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Ian

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6

Clarifying questions

Hi, I have a question about asking clarifying questions at the beginning of the case. I've been told to only ask these if I don't understand something, but normally, I feel that I pretty much understand what I'm being asked to do upfront. In that case, do I just skip the clarifying questions, or are there other things I should be asking or thinking about at the beginning of every case?

Hi, I have a question about asking clarifying questions at the beginning of the case. I've been told to only ask these if I don't understand something, but normally, I feel that I pretty much understand what I'm being asked to do upfront. In that case, do I just skip the clarifying questions, or are there other things I should be asking or thinking about at the beginning of every case?

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There is always more that you can understand. If you understand the goal as improving profits, there's so much more you can ask - do they have a % change target in mind, how long do we have to turn this around, do they prefer this to be done through raising revenue or cutting costs, etc.

I always write BOTMG at the bottom of my framework page to help myself think of things I'm missing in case I'm stuck.

This helps "trigger" you to consider questions around B = Business Model, O = Objective, T = Timing, M = Market, G = Geography.

However, you should never just say "so, what is their business model?" Obviously, ask questions that help you frame your hypothesis, understand the situation, and ultimately drive your case better.

There is always more that you can understand. If you understand the goal as improving profits, there's so much more you can ask - do they have a % change target in mind, how long do we have to turn this around, do they prefer this to be done through raising revenue or cutting costs, etc.

I always write BOTMG at the bottom of my framework page to help myself think of things I'm missing in case I'm stuck.

This helps "trigger" you to consider questions around B = Business Model, O = Objective, T = Timing, M = Market, G = Geography.

However, you should never just say "so, what is their business model?" Obviously, ask questions that help you frame your hypothesis, understand the situation, and ultimately drive your case better.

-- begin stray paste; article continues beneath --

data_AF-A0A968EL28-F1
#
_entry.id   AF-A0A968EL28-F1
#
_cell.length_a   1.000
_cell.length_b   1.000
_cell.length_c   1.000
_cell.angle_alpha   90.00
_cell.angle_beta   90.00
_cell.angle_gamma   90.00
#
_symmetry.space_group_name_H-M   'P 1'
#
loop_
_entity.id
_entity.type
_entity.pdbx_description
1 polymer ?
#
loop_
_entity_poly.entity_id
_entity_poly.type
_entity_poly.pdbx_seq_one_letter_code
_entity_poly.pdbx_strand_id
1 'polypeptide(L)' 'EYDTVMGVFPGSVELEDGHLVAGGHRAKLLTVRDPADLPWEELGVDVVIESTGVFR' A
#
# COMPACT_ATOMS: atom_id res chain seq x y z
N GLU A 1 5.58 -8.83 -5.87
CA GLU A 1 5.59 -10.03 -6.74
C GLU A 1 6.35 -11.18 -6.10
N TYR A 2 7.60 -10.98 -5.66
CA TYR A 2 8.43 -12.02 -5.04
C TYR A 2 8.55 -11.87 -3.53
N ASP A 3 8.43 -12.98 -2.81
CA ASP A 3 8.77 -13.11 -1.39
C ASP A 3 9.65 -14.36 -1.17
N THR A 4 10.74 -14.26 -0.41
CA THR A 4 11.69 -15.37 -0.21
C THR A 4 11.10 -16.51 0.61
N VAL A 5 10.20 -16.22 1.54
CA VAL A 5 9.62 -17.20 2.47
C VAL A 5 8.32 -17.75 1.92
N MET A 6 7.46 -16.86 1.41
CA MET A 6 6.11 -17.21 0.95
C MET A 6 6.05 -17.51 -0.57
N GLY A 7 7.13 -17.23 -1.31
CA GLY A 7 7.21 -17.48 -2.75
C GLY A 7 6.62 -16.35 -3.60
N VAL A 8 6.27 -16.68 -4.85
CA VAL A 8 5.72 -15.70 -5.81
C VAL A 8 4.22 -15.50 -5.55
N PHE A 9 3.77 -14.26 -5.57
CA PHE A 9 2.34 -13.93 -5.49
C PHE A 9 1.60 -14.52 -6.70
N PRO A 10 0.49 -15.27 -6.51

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Hi,

I suggest asking the following questions:

1) Clarify the business model / how the business actually makes money. Even if you think you understand it, try to repeat it to make sure that you understand it correctly. e.g. if the case is about oil&gas company which revenues are declining, ask if it is Up / mid / down-stream problem. In this case, defining a revenue stream is critical to setting up the right structure.

2) Clarify the objective. Here make sure that your goal is:

  • Measurable
  • Has a time-framed
  • Has / has no limitations

e.g. Should I invest 100k in this business for 1 year if I want to get 15% return?

3) Ask the questions that will help you build a relevant structure and remove ambiguity.

Best!

Hi,

I suggest asking the following questions:

1) Clarify the business model / how the business actually makes money. Even if you think you understand it, try to repeat it to make sure that you understand it correctly. e.g. if the case is about oil&gas company which revenues are declining, ask if it is Up / mid / down-stream problem. In this case, defining a revenue stream is critical to setting up the right structure.

2) Clarify the objective. Here make sure that your goal is:

  • Measurable
  • Has a time-framed
  • Has / has no limitations

e.g. Should I invest 100k in this business for 1 year if I want to get 15% return?

3) Ask the questions that will help you build a relevant structure and remove ambiguity.

Best!

(edited)

Dear Tim,

I would say that asking clarifying questions is ok, and even necessarily, otherwise you may misunderstand the case objective, the company, or unfamiliar terminology. This may steer you down the wrong direction in the case interview.

Before starting you case solving you can ask 2-3 clarifying questions.

Actually there are 3 main types for clarifying questions:

  1. questions that clarify the objective of the case interview

Here the basic things you have to know about the case objective:

  • What is the measurable metric of success?

  • What is the time frame?

  • What are potential restrictions or limitations?

If you don't then go for this type of clarifying question.

2. questions about information that strengthens your understanding of the company

In this chapter the main things you have to know are:

  • Business model: How does the company make money? Do they sell directly to customers or do they sell through retailers or partners?

  • Products and services: What products and services does the company sell? What benefits do these products and services provide?

  • Geographic location: Does the company have one location or are they a national chain? Does the company operate in just one country or do they have an international presence?